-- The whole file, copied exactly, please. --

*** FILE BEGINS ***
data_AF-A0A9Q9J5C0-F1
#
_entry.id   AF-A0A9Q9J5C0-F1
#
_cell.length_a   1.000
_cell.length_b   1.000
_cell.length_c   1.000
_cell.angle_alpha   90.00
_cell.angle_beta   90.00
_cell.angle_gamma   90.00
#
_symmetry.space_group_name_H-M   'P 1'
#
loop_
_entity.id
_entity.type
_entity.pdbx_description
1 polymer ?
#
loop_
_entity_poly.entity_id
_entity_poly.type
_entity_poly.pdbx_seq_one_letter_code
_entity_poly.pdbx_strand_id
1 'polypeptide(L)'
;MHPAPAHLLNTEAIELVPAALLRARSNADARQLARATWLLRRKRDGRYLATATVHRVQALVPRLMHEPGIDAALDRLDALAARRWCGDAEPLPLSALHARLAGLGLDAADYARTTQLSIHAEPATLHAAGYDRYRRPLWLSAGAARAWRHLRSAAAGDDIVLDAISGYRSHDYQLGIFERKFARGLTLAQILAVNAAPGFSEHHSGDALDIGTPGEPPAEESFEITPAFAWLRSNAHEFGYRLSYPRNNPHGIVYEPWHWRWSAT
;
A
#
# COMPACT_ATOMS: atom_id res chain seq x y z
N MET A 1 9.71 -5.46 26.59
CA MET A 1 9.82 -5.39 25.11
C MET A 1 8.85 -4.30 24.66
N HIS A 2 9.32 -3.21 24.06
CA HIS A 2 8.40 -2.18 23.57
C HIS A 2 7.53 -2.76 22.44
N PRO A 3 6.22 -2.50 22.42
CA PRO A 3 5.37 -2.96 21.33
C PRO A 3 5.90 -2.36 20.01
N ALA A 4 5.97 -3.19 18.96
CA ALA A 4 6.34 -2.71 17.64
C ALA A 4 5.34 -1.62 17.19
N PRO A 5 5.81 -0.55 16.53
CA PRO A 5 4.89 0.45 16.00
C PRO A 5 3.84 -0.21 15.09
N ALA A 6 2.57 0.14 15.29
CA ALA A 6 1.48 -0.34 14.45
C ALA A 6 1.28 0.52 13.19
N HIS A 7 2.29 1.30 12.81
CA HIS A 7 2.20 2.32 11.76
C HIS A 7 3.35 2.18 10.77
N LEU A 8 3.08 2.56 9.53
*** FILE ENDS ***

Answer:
data_AF-A0A9Q9J5C0-F1
#
_entry.id   AF-A0A9Q9J5C0-F1
#
_cell.length_a   1.000
_cell.length_b   1.000
_cell.length_c   1.000
_cell.angle_alpha   90.00
_cell.angle_beta   90.00
_cell.angle_gamma   90.00
#
_symmetry.space_group_name_H-M   'P 1'
#
loop_
_entity.id
_entity.type
_entity.pdbx_description
1 polymer ?
#
loop_
_entity_poly.entity_id
_entity_poly.type
_entity_poly.pdbx_seq_one_letter_code
_entity_poly.pdbx_strand_id
1 'polypeptide(L)'
;MHPAPAHLLNTEAIELVPAALLRARSNADARQLARATWLLRRKRDGRYLATATVHRVQALVPRLMHEPGIDAALDRLDALAARRWCGDAEPLPLSALHARLAGLGLDAADYARTTQLSIHAEPATLHAAGYDRYRRPLWLSAGAARAWRHLRSAAAGDDIVLDAISGYRSHDYQLGIFERKFARGLTLAQILAVNAAPGFSEHHSGDALDIGTPGEPPAEESFEITPAFAWLRSNAHEFGYRLSYPRNNPHGIVYEPWHWRWSAT
;
A
#
# COMPACT_ATOMS: atom_id res chain seq x y z
N MET A 1 9.71 -5.46 26.59
CA MET A 1 9.82 -5.39 25.11
C MET A 1 8.85 -4.30 24.66
N HIS A 2 9.32 -3.21 24.06
CA HIS A 2 8.40 -2.18 23.57
C HIS A 2 7.53 -2.76 22.44
N PRO A 3 6.22 -2.50 22.42
CA PRO A 3 5.37 -2.96 21.33
C PRO A 3 5.90 -2.36 20.01
N ALA A 4 5.97 -3.19 18.96
CA ALA A 4 6.34 -2.71 17.64
C ALA A 4 5.34 -1.62 17.19
N PRO A 5 5.81 -0.55 16.53
CA PRO A 5 4.89 0.45 16.00
C PRO A 5 3.84 -0.21 15.09
N ALA A 6 2.57 0.14 15.29
CA ALA A 6 1.48 -0.34 14.45
C ALA A 6 1.28 0.52 13.19
N HIS A 7 2.29 1.30 12.81
CA HIS A 7 2.20 2.32 11.76
C HIS A 7 3.35 2.18 10.77
N LEU A 8 3.08 2.56 9.53